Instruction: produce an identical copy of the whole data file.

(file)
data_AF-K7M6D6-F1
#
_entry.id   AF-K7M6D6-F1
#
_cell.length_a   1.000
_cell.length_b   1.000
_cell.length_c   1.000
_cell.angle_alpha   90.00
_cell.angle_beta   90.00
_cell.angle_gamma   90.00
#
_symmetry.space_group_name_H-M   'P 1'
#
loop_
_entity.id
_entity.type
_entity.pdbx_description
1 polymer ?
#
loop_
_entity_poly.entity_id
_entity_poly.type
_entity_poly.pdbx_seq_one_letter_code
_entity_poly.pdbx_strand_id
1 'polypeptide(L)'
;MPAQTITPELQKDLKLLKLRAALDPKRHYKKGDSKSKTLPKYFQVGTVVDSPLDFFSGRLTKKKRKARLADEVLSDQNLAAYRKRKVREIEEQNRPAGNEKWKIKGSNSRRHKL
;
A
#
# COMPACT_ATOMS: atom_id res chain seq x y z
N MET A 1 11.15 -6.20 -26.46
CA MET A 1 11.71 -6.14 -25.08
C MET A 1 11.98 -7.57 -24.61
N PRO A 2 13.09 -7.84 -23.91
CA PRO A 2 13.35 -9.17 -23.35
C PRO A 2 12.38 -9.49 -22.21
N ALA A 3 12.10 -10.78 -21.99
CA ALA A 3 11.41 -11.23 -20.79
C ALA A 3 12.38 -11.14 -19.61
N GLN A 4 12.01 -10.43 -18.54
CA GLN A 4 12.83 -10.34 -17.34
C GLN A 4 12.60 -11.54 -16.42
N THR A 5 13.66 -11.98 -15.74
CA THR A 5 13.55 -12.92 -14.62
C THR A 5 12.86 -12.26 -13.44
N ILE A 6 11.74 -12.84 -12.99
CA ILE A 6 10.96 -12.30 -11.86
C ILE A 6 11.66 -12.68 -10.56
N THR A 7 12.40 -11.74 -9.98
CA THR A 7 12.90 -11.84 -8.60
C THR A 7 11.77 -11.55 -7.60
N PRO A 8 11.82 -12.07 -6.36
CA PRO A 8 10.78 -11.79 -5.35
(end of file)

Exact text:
data_AF-K7M6D6-F1
#
_entry.id   AF-K7M6D6-F1
#
_cell.length_a   1.000
_cell.length_b   1.000
_cell.length_c   1.000
_cell.angle_alpha   90.00
_cell.angle_beta   90.00
_cell.angle_gamma   90.00
#
_symmetry.space_group_name_H-M   'P 1'
#
loop_
_entity.id
_entity.type
_entity.pdbx_description
1 polymer ?
#
loop_
_entity_poly.entity_id
_entity_poly.type
_entity_poly.pdbx_seq_one_letter_code
_entity_poly.pdbx_strand_id
1 'polypeptide(L)'
;MPAQTITPELQKDLKLLKLRAALDPKRHYKKGDSKSKTLPKYFQVGTVVDSPLDFFSGRLTKKKRKARLADEVLSDQNLAAYRKRKVREIEEQNRPAGNEKWKIKGSNSRRHKL
;
A
#
# COMPACT_ATOMS: atom_id res chain seq x y z
N MET A 1 11.15 -6.20 -26.46
CA MET A 1 11.71 -6.14 -25.08
C MET A 1 11.98 -7.57 -24.61
N PRO A 2 13.09 -7.84 -23.91
CA PRO A 2 13.35 -9.17 -23.35
C PRO A 2 12.38 -9.49 -22.21
N ALA A 3 12.10 -10.78 -21.99
CA ALA A 3 11.41 -11.23 -20.79
C ALA A 3 12.38 -11.14 -19.61
N GLN A 4 12.01 -10.43 -18.54
CA GLN A 4 12.83 -10.34 -17.34
C GLN A 4 12.60 -11.54 -16.42
N THR A 5 13.66 -11.98 -15.74
CA THR A 5 13.55 -12.92 -14.62
C THR A 5 12.86 -12.26 -13.44
N ILE A 6 11.74 -12.84 -12.99
CA ILE A 6 10.96 -12.30 -11.86
C ILE A 6 11.66 -12.68 -10.56
N THR A 7 12.40 -11.74 -9.98
CA THR A 7 12.90 -11.84 -8.60
C THR A 7 11.77 -11.55 -7.60
N PRO A 8 11.82 -12.07 -6.36
CA PRO A 8 10.78 -11.79 -5.35